…things I am snobbish about include celebrity worship and fansites (trash), materialism (stupid), misplaced wealth (I might be jealous), video games (waste of time, unless it’s a game I like and play myself), music (the more obscure the better), fashion (“classic” looks only, please), and snobbishness.
Even as I look down on snobbery, which suspiciously seems like snobbery, I know that I am a snob. I don’t know of any of us that aren’t.
The commenters on this post were asked to list their snobbish habits and which forms of snobbery are unacceptable — a very interesting thread. But over the last few weeks I’ve been thinking about elitism of another sort, the same sort that Amanda references.
Earlier today I went on my biyearly trip to the hair salon. I was musing on a potential writing project aimed at young single parents, born from my ruminations on the weird ways I save money and the weirder ways I spend it. My hairdresser and I were talking about antiques, high school, Nikki Sixx, and dating.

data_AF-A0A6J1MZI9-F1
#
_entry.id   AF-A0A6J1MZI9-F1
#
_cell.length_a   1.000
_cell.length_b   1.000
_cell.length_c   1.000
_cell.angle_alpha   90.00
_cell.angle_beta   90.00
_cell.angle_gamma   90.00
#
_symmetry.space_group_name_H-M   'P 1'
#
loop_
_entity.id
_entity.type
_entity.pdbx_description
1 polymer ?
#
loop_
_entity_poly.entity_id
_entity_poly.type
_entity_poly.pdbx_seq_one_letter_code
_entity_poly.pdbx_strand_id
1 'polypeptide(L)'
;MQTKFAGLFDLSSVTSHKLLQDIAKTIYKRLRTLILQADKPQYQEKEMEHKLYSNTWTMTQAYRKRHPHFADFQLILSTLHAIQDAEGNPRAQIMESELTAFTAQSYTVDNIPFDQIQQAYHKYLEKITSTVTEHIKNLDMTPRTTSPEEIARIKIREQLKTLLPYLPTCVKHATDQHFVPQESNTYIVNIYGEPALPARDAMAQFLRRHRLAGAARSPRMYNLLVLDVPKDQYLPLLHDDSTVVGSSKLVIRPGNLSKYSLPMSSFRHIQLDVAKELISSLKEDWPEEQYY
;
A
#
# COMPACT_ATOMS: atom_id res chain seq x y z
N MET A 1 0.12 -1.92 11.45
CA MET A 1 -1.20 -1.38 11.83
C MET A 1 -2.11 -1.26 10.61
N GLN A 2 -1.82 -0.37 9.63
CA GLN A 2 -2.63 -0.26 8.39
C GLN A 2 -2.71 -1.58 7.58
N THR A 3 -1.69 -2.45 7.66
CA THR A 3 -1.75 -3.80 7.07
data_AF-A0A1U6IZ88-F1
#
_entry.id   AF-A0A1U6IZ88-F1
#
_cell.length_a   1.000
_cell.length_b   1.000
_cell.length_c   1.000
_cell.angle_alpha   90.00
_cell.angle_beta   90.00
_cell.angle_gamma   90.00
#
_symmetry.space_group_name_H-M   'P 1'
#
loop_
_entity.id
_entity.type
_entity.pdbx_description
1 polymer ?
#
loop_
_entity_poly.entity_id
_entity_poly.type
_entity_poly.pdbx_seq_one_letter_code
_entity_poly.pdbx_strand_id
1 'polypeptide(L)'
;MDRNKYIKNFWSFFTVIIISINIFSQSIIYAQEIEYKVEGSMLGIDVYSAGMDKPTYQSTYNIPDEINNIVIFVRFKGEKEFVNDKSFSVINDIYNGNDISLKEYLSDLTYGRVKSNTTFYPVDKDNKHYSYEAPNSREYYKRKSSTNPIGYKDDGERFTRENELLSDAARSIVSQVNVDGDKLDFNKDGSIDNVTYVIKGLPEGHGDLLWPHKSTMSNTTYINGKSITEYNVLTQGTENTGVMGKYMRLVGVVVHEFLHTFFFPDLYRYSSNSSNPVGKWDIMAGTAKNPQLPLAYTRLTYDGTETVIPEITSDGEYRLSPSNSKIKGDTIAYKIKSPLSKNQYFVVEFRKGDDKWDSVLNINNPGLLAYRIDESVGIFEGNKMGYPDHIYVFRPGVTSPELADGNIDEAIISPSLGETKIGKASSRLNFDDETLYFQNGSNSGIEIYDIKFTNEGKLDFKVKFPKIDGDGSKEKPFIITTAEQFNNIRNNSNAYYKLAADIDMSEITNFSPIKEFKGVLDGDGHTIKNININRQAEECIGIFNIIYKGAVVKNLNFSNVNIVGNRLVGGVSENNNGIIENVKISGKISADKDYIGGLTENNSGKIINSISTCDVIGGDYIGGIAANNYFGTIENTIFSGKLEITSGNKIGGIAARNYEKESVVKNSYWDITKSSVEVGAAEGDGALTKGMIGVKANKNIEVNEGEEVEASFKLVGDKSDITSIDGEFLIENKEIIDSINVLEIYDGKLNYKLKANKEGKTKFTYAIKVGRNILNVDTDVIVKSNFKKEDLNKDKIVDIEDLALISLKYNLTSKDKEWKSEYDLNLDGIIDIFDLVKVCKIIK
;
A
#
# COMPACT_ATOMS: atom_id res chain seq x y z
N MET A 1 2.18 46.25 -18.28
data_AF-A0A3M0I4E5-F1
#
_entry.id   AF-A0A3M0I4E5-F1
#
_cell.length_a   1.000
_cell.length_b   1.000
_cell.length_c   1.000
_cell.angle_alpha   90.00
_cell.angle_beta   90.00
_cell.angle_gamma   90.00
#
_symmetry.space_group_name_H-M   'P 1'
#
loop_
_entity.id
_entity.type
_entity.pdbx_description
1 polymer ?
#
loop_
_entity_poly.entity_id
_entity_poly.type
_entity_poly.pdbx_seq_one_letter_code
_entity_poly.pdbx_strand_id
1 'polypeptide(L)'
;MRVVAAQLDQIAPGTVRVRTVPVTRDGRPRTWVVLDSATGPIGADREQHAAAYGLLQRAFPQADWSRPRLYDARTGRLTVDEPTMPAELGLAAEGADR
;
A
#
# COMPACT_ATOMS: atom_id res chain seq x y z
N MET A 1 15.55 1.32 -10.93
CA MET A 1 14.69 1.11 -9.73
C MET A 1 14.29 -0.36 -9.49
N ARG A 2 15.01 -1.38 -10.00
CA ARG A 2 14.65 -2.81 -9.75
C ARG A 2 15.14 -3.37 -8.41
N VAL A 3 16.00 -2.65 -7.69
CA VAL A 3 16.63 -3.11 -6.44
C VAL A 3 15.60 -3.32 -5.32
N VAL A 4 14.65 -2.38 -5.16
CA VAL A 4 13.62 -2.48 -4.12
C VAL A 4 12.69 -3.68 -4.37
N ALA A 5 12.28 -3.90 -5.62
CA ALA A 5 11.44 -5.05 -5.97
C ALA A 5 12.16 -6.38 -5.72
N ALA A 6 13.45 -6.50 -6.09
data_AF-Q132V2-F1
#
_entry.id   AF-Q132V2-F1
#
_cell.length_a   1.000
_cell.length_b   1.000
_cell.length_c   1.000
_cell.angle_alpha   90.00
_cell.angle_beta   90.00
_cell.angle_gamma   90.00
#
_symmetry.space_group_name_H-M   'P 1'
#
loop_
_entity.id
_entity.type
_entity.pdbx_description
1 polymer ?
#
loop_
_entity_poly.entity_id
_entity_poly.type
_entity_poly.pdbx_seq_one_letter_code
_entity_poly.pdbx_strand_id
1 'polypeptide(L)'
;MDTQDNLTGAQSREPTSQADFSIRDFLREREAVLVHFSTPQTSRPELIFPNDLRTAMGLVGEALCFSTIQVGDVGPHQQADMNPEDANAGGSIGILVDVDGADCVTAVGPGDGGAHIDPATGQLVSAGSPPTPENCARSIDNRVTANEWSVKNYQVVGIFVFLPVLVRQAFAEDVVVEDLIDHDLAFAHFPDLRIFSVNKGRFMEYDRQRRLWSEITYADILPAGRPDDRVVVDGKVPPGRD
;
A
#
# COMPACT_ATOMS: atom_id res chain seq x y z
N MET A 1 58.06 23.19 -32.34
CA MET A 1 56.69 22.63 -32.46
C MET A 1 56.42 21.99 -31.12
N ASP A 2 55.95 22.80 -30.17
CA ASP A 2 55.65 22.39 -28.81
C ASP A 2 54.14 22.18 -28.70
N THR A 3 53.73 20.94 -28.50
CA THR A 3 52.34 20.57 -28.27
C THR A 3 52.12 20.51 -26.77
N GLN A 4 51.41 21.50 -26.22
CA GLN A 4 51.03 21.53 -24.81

“You and I are alike,” she said. “Kind of weird, unwilling to accept the standard.” She was referring to men.
Agreed. I’ve never been one attracted to the guys in crew cuts and polo shirts, or those whose interests don’t go beyond football, Victoria’s Secret catalogs and Smallville. And in my experience, in this town, that leaves me with a select few, a population who must be combed of those whose hobbies include a never-ending ingestion of illegal drugs and those who engage in LARP. One of my sisters suggested that what I need is a nice graduate student, but even these are a chaparral of football-loving, Victoria’s Secret-gazing, Smallville-watching, pot-smoking, live action role playing kind of crew. Or for that matter, unforgivably snobbish. In the bad way.